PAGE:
Gerry Canavan

the smartest kid on earth

EverQuest: The 77th Richest Country in the World

with one comment

Then he noticed something curious: EverQuest had its own economy, a bustling trade in virtual goods. Players generate goods as they play, often by killing creatures for their treasure and trading it. The longer they play, the more powerful they get – but everyone starts the game at Level 1, barely strong enough to kill rats or bunnies and harvest their fur. Castronova would sell his fur to other characters who’d pay him with “platinum pieces,” the artificial currency inside the game. It was a tough slog, so he was always stunned by the opulence of the richest players. EverQuest had been launched in 1999, and some veteran players now owned entire castles filled with treasures from their quests.

Things got even more interesting when Castronova learned about the “player auctions.” EverQuest players would sometimes tire of the game, and decide to sell off their characters or virtual possessions at an on-line auction site such as eBay. When Castronova checked the auction sites, he saw that a Belt of the Great Turtle or a Robe of Primordial Waters might fetch $40s; powerful characters would go for several hundred or more. And sometimes people would sell off 500,000-fold bags of platinum pieces for as much as $1,000.

As Castronova stared at the auction listings, he recognised with a shock what he was looking at. It was a form of currency trading. Each item had a value in virtual “platinum pieces”; when it was sold on eBay, someone was paying cold hard American cash for it. That meant the platinum piece was worth something in real currency. EverQuest’s economy actually had real-world value.

He began calculating frantically. He gathered data on 616 auctions, observing how much each item sold for in US dollars. When he averaged the results, he was stunned to discover that the EverQuest platinum piece was worth about US1¢ – higher than the Japanese yen or the Italian lira. With that information, he could figure out how fast the EverQuest economy was growing. Since players were killing monsters or skinning bunnies every day, they were, in effect, creating wealth. Crunching more numbers, Castronova found that the average player was generating 319 platinum pieces each hour he or she was in the game – the equivalent of US$3.42/hour. “That’s higher than the minimum wage in most countries,” he marvelled.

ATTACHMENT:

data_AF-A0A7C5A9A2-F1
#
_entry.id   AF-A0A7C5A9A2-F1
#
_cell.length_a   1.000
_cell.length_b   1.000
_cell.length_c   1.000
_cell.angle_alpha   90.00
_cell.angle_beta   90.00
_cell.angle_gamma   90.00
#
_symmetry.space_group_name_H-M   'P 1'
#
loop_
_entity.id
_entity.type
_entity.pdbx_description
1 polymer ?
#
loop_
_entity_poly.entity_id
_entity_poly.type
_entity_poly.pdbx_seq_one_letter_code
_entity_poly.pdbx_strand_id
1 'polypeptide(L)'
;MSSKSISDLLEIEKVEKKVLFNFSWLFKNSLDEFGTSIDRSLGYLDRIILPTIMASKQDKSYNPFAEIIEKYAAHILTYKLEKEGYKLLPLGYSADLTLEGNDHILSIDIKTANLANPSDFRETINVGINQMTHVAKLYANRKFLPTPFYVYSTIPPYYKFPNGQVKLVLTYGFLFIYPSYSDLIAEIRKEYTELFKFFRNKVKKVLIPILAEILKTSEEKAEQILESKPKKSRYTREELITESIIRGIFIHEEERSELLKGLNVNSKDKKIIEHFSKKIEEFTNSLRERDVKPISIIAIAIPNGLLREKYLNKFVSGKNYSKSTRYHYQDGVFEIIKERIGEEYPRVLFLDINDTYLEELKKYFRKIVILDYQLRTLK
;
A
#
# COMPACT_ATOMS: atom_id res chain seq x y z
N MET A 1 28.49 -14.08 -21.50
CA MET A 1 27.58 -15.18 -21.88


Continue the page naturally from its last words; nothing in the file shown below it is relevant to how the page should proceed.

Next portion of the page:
Then he performed one final analysis: The Gross National Product of EverQuest, measured by how much wealth all the players together created in a single year inside the game. It turned out to be US$2,266 per capita. By World Bank rankings, that made EverQuest richer than India, Bulgaria, or China, and nearly as wealthy as Russia. It was the 77th richest country in the world. And it didn’t even exist.

(via this Metafilter thread on Third World gaming sweatshops)

Written by gerrycanavan

July 6, 2005 at 11:25 pm

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